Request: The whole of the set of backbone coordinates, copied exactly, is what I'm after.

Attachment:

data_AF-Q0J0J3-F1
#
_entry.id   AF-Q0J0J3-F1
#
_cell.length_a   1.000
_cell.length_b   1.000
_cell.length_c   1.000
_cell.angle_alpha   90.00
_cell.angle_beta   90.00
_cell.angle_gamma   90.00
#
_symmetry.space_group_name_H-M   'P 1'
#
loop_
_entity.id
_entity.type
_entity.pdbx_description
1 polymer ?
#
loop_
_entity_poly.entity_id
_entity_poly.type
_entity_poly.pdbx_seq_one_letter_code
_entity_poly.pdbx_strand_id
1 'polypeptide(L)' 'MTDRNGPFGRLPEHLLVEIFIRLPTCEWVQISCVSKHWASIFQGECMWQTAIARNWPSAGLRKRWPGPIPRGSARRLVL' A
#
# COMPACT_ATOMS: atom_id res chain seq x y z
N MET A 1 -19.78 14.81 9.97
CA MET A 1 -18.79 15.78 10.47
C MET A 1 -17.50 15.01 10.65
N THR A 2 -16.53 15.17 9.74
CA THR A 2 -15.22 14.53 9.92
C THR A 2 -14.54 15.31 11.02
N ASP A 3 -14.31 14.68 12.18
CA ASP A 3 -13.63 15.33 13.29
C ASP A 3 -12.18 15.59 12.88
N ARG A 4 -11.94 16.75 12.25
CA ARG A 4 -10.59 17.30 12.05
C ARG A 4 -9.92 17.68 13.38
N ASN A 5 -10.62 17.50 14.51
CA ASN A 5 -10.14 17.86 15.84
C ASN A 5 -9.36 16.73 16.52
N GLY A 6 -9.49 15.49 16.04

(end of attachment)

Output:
data_AF-Q0J0J3-F1
#
_entry.id   AF-Q0J0J3-F1
#
_cell.length_a   1.000
_cell.length_b   1.000
_cell.length_c   1.000
_cell.angle_alpha   90.00
_cell.angle_beta   90.00
_cell.angle_gamma   90.00
#
_symmetry.space_group_name_H-M   'P 1'
#
loop_
_entity.id
_entity.type
_entity.pdbx_description
1 polymer ?
#
loop_
_entity_poly.entity_id
_entity_poly.type
_entity_poly.pdbx_seq_one_letter_code
_entity_poly.pdbx_strand_id
1 'polypeptide(L)' 'MTDRNGPFGRLPEHLLVEIFIRLPTCEWVQISCVSKHWASIFQGECMWQTAIARNWPSAGLRKRWPGPIPRGSARRLVL' A
#
# COMPACT_ATOMS: atom_id res chain seq x y z
N MET A 1 -19.78 14.81 9.97
CA MET A 1 -18.79 15.78 10.47
C MET A 1 -17.50 15.01 10.65
N THR A 2 -16.53 15.17 9.74
CA THR A 2 -15.22 14.53 9.92
C THR A 2 -14.54 15.31 11.02
N ASP A 3 -14.31 14.68 12.18
CA ASP A 3 -13.63 15.33 13.29
C ASP A 3 -12.18 15.59 12.88
N ARG A 4 -11.94 16.75 12.25
CA ARG A 4 -10.59 17.30 12.05
C ARG A 4 -9.92 17.68 13.38
N ASN A 5 -10.62 17.50 14.51
CA ASN A 5 -10.14 17.86 15.84
C ASN A 5 -9.36 16.73 16.52
N GLY A 6 -9.49 15.49 16.04